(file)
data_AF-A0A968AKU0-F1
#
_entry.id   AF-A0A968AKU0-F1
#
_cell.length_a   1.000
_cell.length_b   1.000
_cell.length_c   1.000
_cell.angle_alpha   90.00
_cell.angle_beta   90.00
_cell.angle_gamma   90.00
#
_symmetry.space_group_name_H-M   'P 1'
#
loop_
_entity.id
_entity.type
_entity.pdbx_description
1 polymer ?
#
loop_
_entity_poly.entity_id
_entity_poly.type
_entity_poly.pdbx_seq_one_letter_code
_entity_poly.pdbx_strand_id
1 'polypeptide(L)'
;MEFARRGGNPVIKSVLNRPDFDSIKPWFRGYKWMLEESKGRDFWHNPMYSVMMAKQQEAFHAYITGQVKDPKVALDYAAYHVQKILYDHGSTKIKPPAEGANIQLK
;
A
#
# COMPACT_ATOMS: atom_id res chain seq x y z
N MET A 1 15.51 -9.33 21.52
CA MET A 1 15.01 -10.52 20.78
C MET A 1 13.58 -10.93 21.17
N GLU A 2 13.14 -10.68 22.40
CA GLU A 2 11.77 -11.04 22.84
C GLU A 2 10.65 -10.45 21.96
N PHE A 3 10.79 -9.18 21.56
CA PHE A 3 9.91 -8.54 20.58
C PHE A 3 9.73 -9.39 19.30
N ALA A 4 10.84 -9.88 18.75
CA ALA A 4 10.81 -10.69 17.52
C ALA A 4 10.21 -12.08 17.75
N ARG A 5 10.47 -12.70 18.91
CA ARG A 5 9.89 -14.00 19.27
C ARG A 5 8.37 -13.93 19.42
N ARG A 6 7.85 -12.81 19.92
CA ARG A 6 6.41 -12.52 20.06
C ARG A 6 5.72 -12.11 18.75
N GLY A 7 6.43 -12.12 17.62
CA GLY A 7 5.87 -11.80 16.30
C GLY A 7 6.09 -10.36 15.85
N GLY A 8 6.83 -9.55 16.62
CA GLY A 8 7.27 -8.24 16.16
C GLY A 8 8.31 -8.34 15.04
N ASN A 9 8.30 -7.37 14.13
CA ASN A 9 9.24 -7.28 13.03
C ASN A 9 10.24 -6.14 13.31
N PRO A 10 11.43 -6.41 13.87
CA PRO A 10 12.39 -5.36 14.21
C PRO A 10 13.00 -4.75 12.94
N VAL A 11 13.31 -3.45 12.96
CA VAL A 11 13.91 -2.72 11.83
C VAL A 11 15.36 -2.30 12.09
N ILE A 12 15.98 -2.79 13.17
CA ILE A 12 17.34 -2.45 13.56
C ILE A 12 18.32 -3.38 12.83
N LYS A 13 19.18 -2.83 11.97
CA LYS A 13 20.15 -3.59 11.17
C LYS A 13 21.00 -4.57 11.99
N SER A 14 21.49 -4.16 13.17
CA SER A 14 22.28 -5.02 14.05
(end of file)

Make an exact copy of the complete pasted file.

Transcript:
data_AF-A0A968AKU0-F1
#
_entry.id   AF-A0A968AKU0-F1
#
_cell.length_a   1.000
_cell.length_b   1.000
_cell.length_c   1.000
_cell.angle_alpha   90.00
_cell.angle_beta   90.00
_cell.angle_gamma   90.00
#
_symmetry.space_group_name_H-M   'P 1'
#
loop_
_entity.id
_entity.type
_entity.pdbx_description
1 polymer ?
#
loop_
_entity_poly.entity_id
_entity_poly.type
_entity_poly.pdbx_seq_one_letter_code
_entity_poly.pdbx_strand_id
1 'polypeptide(L)'
;MEFARRGGNPVIKSVLNRPDFDSIKPWFRGYKWMLEESKGRDFWHNPMYSVMMAKQQEAFHAYITGQVKDPKVALDYAAYHVQKILYDHGSTKIKPPAEGANIQLK
;
A
#
# COMPACT_ATOMS: atom_id res chain seq x y z
N MET A 1 15.51 -9.33 21.52
CA MET A 1 15.01 -10.52 20.78
C MET A 1 13.58 -10.93 21.17
N GLU A 2 13.14 -10.68 22.40
CA GLU A 2 11.77 -11.04 22.84
C GLU A 2 10.65 -10.45 21.96
N PHE A 3 10.79 -9.18 21.56
CA PHE A 3 9.91 -8.54 20.58
C PHE A 3 9.73 -9.39 19.30
N ALA A 4 10.84 -9.88 18.75
CA ALA A 4 10.81 -10.69 17.52
C ALA A 4 10.21 -12.08 17.75
N ARG A 5 10.47 -12.70 18.91
CA ARG A 5 9.89 -14.00 19.27
C ARG A 5 8.37 -13.93 19.42
N ARG A 6 7.85 -12.81 19.92
CA ARG A 6 6.41 -12.52 20.06
C ARG A 6 5.72 -12.11 18.75
N GLY A 7 6.43 -12.12 17.62
CA GLY A 7 5.87 -11.80 16.30
C GLY A 7 6.09 -10.36 15.85
N GLY A 8 6.83 -9.55 16.62
CA GLY A 8 7.27 -8.24 16.16
C GLY A 8 8.31 -8.34 15.04
N ASN A 9 8.30 -7.37 14.13
CA ASN A 9 9.24 -7.28 13.03
C ASN A 9 10.24 -6.14 13.31
N PRO A 10 11.43 -6.41 13.87
CA PRO A 10 12.39 -5.36 14.21
C PRO A 10 13.00 -4.75 12.94
N VAL A 11 13.31 -3.45 12.96
CA VAL A 11 13.91 -2.72 11.83
C VAL A 11 15.36 -2.30 12.09
N ILE A 12 15.98 -2.79 13.17
CA ILE A 12 17.34 -2.45 13.56
C ILE A 12 18.32 -3.38 12.83
N LYS A 13 19.18 -2.83 11.97
CA LYS A 13 20.15 -3.59 11.17
C LYS A 13 21.00 -4.57 11.99
N SER A 14 21.49 -4.16 13.17
CA SER A 14 22.28 -5.02 14.05